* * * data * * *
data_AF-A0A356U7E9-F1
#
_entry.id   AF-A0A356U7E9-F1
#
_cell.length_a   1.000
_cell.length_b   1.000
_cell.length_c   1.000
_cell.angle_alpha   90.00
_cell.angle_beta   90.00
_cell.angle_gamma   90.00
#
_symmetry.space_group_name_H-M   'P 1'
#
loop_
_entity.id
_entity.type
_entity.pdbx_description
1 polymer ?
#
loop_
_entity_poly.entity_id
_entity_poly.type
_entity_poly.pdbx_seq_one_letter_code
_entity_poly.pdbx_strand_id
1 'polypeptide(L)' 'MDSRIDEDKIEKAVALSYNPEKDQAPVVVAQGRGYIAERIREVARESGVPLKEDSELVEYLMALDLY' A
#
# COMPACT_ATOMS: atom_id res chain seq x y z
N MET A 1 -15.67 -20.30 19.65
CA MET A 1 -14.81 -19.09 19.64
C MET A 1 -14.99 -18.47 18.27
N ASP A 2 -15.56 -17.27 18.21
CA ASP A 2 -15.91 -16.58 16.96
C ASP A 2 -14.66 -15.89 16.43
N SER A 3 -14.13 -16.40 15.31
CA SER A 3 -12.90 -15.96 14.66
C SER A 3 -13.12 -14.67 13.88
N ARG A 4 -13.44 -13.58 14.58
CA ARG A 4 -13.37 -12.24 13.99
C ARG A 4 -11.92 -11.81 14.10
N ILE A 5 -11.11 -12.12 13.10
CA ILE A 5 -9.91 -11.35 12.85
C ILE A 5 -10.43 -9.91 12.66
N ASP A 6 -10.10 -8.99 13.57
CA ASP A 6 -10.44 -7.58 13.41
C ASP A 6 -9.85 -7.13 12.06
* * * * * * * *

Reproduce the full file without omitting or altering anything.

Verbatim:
data_AF-A0A356U7E9-F1
#
_entry.id   AF-A0A356U7E9-F1
#
_cell.length_a   1.000
_cell.length_b   1.000
_cell.length_c   1.000
_cell.angle_alpha   90.00
_cell.angle_beta   90.00
_cell.angle_gamma   90.00
#
_symmetry.space_group_name_H-M   'P 1'
#
loop_
_entity.id
_entity.type
_entity.pdbx_description
1 polymer ?
#
loop_
_entity_poly.entity_id
_entity_poly.type
_entity_poly.pdbx_seq_one_letter_code
_entity_poly.pdbx_strand_id
1 'polypeptide(L)' 'MDSRIDEDKIEKAVALSYNPEKDQAPVVVAQGRGYIAERIREVARESGVPLKEDSELVEYLMALDLY' A
#
# COMPACT_ATOMS: atom_id res chain seq x y z
N MET A 1 -15.67 -20.30 19.65
CA MET A 1 -14.81 -19.09 19.64
C MET A 1 -14.99 -18.47 18.27
N ASP A 2 -15.56 -17.27 18.21
CA ASP A 2 -15.91 -16.58 16.96
C ASP A 2 -14.66 -15.89 16.43
N SER A 3 -14.13 -16.40 15.31
CA SER A 3 -12.90 -15.96 14.66
C SER A 3 -13.12 -14.67 13.88
N ARG A 4 -13.44 -13.58 14.58
CA ARG A 4 -13.37 -12.24 13.99
C ARG A 4 -11.92 -11.81 14.10
N ILE A 5 -11.11 -12.12 13.10
CA ILE A 5 -9.91 -11.35 12.85
C ILE A 5 -10.43 -9.91 12.66
N ASP A 6 -10.10 -8.99 13.57
CA ASP A 6 -10.44 -7.58 13.41
C ASP A 6 -9.85 -7.13 12.06